1. You need to ask the developer if he has an existing set of plans for the lighting design that is to be done. (I am sure he does not)

    2. Explain to him that if he is to gather "bids", he needs to make sure everyone is bidding on the same apple, if you know what I mean. Otherwise obviously numbers are going to be all over the board and all that is going to do is muddy the water. Everybody has a different set of design criteria. Where one guy might put one light, I may put 4.

    3. Most developers initially are only looking for a ballpark so they know what to set their budgets at. If you are comfortable doing so you may tell him, "I would forsee this project ranging between a minimum of 135k up to as high as 160k depending upon final design and overall difficulty of the project. (or whatever parameters you think is going to cover it).

    4. He may want to see what you can do. Show him some of your work or better yet do a demo on a portion of his project so he can see how you operate and the kinds of effects he can expect to see.

    5. If he is comfortable with your price range, tell him you can then design the lighting project for him on paper to get the numbers a little closer. Usually if you design it you will be installing it too. This design should be done with a good CAD program so you look very professional when you go over it with him. You will want to get the current landscape plan from his architect in a CAD format so you can see what plant material to highlight in your design.

    Chris, on large projects like that you have to leave yourself some room for creative license. As you and I both know, things drawn on paper don't always translate across acurately to the actual product. You may need to add additional lights you were not expecting to. This is why it is important to use ranges in pricing on larger projects like yours. Explain it to him like this and he will understand.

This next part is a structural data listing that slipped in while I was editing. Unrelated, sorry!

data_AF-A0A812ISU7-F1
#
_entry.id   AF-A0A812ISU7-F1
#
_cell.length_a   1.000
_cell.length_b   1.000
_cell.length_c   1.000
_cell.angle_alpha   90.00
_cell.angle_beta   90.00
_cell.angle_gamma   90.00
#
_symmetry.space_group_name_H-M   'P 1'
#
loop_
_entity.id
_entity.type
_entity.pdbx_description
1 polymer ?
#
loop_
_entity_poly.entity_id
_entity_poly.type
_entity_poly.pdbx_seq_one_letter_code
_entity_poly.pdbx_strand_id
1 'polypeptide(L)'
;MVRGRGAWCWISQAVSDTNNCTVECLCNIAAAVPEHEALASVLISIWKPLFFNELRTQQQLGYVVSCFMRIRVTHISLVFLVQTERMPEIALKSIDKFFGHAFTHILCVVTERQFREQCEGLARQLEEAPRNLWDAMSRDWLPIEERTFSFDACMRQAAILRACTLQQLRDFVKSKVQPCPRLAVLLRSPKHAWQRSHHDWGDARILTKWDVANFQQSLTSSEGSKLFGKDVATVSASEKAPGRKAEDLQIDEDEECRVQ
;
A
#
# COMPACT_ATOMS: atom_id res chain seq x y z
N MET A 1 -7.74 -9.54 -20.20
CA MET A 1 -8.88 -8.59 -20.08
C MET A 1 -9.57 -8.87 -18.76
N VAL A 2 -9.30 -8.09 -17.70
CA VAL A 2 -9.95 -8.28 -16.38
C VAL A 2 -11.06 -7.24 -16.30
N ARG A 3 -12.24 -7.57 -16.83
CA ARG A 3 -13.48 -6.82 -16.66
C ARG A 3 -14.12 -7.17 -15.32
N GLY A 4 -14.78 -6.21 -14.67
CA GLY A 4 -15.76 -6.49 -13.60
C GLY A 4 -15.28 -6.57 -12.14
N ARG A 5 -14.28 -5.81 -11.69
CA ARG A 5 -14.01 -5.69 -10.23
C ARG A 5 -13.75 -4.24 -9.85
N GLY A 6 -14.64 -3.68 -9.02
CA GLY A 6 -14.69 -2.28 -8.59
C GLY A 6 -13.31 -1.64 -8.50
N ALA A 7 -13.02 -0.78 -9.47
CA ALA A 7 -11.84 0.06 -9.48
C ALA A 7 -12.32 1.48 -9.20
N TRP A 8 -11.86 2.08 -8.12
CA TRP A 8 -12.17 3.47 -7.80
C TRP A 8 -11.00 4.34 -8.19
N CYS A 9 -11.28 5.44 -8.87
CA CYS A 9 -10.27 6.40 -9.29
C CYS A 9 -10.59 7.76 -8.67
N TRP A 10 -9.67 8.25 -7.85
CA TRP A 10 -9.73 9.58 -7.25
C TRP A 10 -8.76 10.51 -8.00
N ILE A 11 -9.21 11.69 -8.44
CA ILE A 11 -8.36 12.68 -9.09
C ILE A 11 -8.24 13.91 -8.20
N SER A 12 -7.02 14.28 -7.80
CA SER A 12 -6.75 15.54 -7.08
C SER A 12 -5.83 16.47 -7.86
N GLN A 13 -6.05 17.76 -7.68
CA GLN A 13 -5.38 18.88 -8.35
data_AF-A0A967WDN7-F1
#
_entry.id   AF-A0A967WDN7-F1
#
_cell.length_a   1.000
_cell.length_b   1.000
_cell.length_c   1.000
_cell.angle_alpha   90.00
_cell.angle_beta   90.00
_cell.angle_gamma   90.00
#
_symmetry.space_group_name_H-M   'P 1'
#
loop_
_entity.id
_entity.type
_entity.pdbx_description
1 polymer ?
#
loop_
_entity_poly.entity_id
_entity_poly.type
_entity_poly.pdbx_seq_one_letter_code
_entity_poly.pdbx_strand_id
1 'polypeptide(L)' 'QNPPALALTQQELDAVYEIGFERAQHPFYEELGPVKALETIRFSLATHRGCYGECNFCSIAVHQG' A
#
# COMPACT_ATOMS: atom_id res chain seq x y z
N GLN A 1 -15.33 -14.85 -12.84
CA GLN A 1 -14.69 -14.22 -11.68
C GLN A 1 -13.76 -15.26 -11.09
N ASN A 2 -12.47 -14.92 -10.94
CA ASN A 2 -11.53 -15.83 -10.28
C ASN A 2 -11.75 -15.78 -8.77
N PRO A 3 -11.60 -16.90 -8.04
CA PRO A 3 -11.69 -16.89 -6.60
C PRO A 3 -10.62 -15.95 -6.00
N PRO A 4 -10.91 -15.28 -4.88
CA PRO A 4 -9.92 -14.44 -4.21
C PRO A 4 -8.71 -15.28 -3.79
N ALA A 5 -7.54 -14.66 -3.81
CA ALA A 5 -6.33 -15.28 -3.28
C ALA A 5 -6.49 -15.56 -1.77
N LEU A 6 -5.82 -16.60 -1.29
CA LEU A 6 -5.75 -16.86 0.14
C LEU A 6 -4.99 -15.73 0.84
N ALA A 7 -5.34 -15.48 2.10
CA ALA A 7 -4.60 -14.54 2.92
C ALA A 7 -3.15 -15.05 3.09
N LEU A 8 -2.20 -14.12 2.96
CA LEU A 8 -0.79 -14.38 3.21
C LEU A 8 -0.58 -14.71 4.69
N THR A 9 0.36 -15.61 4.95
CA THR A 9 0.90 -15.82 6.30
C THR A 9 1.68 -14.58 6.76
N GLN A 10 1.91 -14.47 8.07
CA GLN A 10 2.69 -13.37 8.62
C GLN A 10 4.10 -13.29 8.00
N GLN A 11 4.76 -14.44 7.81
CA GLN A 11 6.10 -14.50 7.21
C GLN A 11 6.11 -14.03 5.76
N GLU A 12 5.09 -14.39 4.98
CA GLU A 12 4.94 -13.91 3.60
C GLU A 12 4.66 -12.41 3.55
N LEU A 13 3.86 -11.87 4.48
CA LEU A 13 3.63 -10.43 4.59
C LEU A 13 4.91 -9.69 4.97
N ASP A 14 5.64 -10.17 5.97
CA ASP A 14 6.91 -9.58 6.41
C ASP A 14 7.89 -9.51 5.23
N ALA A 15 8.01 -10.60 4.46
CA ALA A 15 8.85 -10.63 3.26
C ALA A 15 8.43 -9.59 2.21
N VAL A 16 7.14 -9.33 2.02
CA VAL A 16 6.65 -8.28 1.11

6. The Lighting Geek

    The Lighting Geek LawnSite Senior Member
    Posts: 875

    I agree with Billy. Feel them out and see what direction they want to go. I would not design it for free, I did one free and had the landscaper get the job to install my plan (275 fixtures). It takes alot of work and it takes you away fom other profitable things you could be doing. I would charge him a design fee and credit it back if you land the job.
     
  7. Lite4

    Lite4 LawnSite Gold Member
    Posts: 3,104

    Chris, I forgot to add on point 5 you will want to set a design price per hour. I Charge around 120.00 per hour for all on site and CAD design work. I wouldn't charge an initial consult fee with this guy, homeowners are one thing, but developers expect you to cater to them a little bit if they are going to hand you an enormous contract. However, don't waste time designing until you give him the ballpark numbers he is looking for, otherwise you may just be wasting a whole lot of time.
     
  8. The Lighting Geek

    The Lighting Geek LawnSite Senior Member
    Posts: 875

    geeez...OK, I agree with Tim too. You guys are a good!

    [Tommy scribbles notes]
     
  9. Chris J

    Chris J LawnSite Silver Member
    Posts: 2,808

    Tim,
    Thank you for the info. This is something that I can relate to. I'll get back with you shortly.....
     
  10. The Lighting Geek

    The Lighting Geek LawnSite Senior Member
    Posts: 875

    Tim, very sound advice.
     

Share This Page